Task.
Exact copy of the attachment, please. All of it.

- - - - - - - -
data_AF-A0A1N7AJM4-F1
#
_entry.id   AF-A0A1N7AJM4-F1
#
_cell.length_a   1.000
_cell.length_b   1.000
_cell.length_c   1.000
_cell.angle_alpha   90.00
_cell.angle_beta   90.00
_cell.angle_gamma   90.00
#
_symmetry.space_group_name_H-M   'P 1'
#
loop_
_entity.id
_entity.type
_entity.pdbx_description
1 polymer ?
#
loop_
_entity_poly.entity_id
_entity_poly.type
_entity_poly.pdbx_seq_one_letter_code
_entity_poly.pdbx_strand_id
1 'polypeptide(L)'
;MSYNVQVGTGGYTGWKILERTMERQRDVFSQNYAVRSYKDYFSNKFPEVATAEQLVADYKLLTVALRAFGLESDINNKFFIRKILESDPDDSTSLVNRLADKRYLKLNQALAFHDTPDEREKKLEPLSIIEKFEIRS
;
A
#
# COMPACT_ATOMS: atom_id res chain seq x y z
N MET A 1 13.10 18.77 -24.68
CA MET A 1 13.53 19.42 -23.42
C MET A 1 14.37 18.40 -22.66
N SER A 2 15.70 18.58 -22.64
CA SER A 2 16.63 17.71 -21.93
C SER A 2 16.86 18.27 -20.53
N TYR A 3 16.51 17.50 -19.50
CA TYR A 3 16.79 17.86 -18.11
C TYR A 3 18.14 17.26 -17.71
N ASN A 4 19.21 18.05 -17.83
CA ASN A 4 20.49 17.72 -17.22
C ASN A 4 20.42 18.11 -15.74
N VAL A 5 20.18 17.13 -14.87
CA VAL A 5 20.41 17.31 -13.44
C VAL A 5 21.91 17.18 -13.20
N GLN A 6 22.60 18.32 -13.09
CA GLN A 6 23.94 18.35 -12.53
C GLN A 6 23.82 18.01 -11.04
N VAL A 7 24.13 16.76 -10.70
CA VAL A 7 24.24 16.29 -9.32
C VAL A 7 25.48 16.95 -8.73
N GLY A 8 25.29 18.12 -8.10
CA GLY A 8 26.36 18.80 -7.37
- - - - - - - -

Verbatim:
data_AF-A0A1N7AJM4-F1
#
_entry.id   AF-A0A1N7AJM4-F1
#
_cell.length_a   1.000
_cell.length_b   1.000
_cell.length_c   1.000
_cell.angle_alpha   90.00
_cell.angle_beta   90.00
_cell.angle_gamma   90.00
#
_symmetry.space_group_name_H-M   'P 1'
#
loop_
_entity.id
_entity.type
_entity.pdbx_description
1 polymer ?
#
loop_
_entity_poly.entity_id
_entity_poly.type
_entity_poly.pdbx_seq_one_letter_code
_entity_poly.pdbx_strand_id
1 'polypeptide(L)'
;MSYNVQVGTGGYTGWKILERTMERQRDVFSQNYAVRSYKDYFSNKFPEVATAEQLVADYKLLTVALRAFGLESDINNKFFIRKILESDPDDSTSLVNRLADKRYLKLNQALAFHDTPDEREKKLEPLSIIEKFEIRS
;
A
#
# COMPACT_ATOMS: atom_id res chain seq x y z
N MET A 1 13.10 18.77 -24.68
CA MET A 1 13.53 19.42 -23.42
C MET A 1 14.37 18.40 -22.66
N SER A 2 15.70 18.58 -22.64
CA SER A 2 16.63 17.71 -21.93
C SER A 2 16.86 18.27 -20.53
N TYR A 3 16.51 17.50 -19.50
CA TYR A 3 16.79 17.86 -18.11
C TYR A 3 18.14 17.26 -17.71
N ASN A 4 19.21 18.05 -17.83
CA ASN A 4 20.49 17.72 -17.22
C ASN A 4 20.42 18.11 -15.74
N VAL A 5 20.18 17.13 -14.87
CA VAL A 5 20.41 17.31 -13.44
C VAL A 5 21.91 17.18 -13.20
N GLN A 6 22.60 18.32 -13.09
CA GLN A 6 23.94 18.35 -12.53
C GLN A 6 23.82 18.01 -11.04
N VAL A 7 24.13 16.76 -10.70
CA VAL A 7 24.24 16.29 -9.32
C VAL A 7 25.48 16.95 -8.73
N GLY A 8 25.29 18.12 -8.10
CA GLY A 8 26.36 18.80 -7.37